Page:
• Isaac Asimov's Foundation Series: The feudal structure of governments in this series comes from Dr Asimov's desire to write a Recycled In Space version of Edward Gibbon's The Decline And Fall Of The Roman Empire. The provinces in the Periphery (the outer edges of The Milky Way Galaxy) declare themselves independent kingdoms. The ones nearest Terminus are known as the Four Kingdoms, because they are the first nations to be absorbed by the Foundation and they spend decades as independent nations (while the scientists of Terminus teach them a Scam Religion that included the Divine Right of Kings). The same changes that occurred after the collapse of The Roman Empire are explored here, although it doesn't play out in the exact same way (Foundation begins as the Byzantine capital of Byzantine Empire, while Foundation and Empire has the Galactic Empire retake the role of Byzantium while the Foundation represents the Medieval Catholic Church).
  • Katherine Kurtz's The Legacy of Lehr
  • Elizabeth Moon's Hunting Party — although the author was apparently unable to suspend her own disbelief, as the sequel reveals that the feudalism is mostly societal set-dressing over democratic underpinnings, and deconstructs, sometimes unpleasantly, several of the tropes that were used straight in book one.
  • Poul Anderson:
    • The Technic History series included a Terran Empire. (Deliberately established on feudal-service lines by the "Founder" Manuel Argos the Great, before it went decadent.)
    • Played for laughs in The High Crusade, in which a party of Englishmen heading for the Crusades is hijacked by aliens and winds up establishing an empire because the aliens have forgotten how to do combat on land.
  • M. K. Wren's Phoenix Trilogy is this a thousand years after the Pandemic. World civilization was nearly wiped out, and only the more remote areas of the world really recovered. The world (and it's off-planet colonies) are ruled by a series of noble houses, and the government is based in what is today Australia.
  • Simon R Green's Deathstalker series is a fairly dystopian version of this trope, and unlike many actually does deal with the difficulty of setting up a working system of democracy, although not in any great detail. Given that it was almost a gleeful self-parody of the whole space-opera genre, this is not particularly surprising...
  • In Poul Anderson's Corridors Of Time, the hero realizes that the futuristic society that recruited him to fight a Dystopia is rather Dystopian itself when he is dropped in it and learns that the queen has high tech medical treatment while the poor woman he meets looks ancient at forty because of her lack of it.
  • M.K. Wren's The Phoenix Legacy, which is a more literal version of a Feudal Future than most: most of humanity are Bonds, kept illiterate and oppressed to a greater or lesser degree depending on who has control of them. The Fesh are educated professionals (e.g. university scholars, technicians), while the Elite are the aristocrats who control the government. For the past few hundred years, it has been effectively impossible to change from one of the three castes to a higher caste. The civilization, which arose After the End of World War III, is teetering on the edge of another Dark Age as the story opens.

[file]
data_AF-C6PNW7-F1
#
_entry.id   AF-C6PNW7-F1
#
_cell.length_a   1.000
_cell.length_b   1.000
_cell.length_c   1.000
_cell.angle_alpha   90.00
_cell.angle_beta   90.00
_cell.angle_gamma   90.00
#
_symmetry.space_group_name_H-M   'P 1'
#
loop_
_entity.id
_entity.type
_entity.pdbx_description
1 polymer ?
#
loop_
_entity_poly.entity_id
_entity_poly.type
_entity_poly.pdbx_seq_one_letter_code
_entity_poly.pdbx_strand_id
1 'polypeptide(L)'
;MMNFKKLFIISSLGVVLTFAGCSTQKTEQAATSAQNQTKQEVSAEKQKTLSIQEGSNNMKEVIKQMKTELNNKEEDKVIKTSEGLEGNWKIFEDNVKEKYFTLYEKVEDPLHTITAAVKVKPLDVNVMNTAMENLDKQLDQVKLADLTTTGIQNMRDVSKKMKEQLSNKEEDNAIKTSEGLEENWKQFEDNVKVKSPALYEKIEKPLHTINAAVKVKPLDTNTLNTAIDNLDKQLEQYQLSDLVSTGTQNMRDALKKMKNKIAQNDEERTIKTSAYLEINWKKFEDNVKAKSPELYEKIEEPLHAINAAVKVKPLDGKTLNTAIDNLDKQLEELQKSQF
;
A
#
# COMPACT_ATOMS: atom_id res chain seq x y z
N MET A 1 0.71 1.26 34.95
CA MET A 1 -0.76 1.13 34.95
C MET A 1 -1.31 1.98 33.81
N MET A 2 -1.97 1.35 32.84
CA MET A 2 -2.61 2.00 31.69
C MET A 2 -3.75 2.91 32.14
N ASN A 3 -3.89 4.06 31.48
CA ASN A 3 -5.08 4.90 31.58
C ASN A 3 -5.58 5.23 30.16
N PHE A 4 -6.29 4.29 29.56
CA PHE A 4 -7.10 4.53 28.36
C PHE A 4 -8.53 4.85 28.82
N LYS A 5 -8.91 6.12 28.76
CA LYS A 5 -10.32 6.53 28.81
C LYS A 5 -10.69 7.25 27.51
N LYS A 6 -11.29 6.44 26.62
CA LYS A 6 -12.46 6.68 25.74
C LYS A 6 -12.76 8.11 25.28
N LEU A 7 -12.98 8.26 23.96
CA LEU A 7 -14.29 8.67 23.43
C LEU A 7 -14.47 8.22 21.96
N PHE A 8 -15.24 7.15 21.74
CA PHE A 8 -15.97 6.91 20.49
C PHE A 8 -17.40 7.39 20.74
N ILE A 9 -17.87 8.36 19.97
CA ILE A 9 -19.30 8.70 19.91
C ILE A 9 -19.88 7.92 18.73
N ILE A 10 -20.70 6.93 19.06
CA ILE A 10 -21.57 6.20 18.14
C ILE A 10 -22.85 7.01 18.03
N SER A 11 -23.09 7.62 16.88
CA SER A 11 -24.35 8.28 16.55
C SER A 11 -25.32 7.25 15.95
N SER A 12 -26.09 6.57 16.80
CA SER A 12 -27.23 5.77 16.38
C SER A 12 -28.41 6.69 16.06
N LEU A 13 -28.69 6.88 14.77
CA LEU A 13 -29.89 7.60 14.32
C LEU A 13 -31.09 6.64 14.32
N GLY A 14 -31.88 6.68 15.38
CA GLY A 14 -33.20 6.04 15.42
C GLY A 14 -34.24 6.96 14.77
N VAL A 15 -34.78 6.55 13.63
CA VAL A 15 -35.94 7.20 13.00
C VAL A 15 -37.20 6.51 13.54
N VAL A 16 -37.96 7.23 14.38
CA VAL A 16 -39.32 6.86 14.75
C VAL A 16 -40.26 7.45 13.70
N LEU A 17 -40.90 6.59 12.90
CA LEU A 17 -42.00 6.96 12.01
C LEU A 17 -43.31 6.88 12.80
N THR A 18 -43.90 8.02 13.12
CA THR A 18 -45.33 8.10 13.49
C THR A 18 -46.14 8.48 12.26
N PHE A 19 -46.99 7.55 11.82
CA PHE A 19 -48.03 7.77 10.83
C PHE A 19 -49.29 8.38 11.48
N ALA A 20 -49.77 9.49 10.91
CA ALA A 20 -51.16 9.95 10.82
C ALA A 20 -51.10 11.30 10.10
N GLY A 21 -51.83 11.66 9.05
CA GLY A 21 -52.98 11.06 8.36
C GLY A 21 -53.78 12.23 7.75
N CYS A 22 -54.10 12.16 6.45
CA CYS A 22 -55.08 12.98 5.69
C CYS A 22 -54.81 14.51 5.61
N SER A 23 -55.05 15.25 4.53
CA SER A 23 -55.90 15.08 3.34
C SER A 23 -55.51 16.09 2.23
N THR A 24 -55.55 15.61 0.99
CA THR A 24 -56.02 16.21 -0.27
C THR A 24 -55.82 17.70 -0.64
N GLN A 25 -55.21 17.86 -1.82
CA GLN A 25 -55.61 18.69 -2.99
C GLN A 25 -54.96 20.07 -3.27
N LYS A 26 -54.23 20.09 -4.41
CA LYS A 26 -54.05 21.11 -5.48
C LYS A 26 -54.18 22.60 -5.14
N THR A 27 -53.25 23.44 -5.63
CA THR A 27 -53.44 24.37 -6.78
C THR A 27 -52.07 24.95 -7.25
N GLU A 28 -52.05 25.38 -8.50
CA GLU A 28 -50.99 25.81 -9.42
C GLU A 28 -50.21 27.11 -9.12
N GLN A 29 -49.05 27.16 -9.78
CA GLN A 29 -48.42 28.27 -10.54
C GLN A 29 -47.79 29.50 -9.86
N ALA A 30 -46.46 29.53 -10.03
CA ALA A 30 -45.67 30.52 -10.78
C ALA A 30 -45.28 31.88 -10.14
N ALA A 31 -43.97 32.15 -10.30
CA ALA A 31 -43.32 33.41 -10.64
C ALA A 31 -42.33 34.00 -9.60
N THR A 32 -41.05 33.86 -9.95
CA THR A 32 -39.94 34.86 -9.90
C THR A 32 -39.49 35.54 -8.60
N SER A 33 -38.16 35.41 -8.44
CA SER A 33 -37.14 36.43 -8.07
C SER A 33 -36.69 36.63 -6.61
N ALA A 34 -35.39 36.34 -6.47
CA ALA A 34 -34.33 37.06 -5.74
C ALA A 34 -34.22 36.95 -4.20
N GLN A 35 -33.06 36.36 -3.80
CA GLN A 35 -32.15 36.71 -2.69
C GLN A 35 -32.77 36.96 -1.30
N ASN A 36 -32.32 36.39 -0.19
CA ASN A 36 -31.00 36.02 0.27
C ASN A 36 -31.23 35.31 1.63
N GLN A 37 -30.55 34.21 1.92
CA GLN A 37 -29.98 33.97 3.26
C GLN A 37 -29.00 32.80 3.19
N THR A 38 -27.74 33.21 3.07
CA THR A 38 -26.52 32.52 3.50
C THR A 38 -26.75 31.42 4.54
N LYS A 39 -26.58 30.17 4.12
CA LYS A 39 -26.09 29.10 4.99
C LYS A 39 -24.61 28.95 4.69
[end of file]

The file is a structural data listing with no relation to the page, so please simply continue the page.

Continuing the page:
• In the Mankeen Revolt, a relatively recent historical memory, Lionar Mankeen attempted to liberate the Bonds by force. The attempt failed miserably and set back social progress a long way because the implementation was not well thought out; the Bonds were not only illiterate, but were unused to handling money and working for wages, and preparations had not been made to alleviate those problems.
  • The Praxis (Dread Empire's Fall) has The Peers, Lords and Ladies born to a higher station.
  • Lampshaded in an unidentified Space Opera story. Yes, the Earth of the 35th century (or whatever time it was) has a royal family, but it is purely ceremonial and came into being as the dual result of deregulation of royal succession laws and the members of the few remaining royal families going to the same types of parties, until eventually all the royal families had basically become indistinguishable from one another. Since by this time Earth had ceased to have countries or anything, the idea of their being a British/Japanese/Belgian/Monacoian/Dutch/whatever royal family anymore was dumb anyway so it was just decided that there would be a ceremonial "King/Queen of Earth" instead.
  • The Empire in Legend of the Galactic Heroes is basically Prussia in space.
  • Both averted and played straight by H. Beam Piper.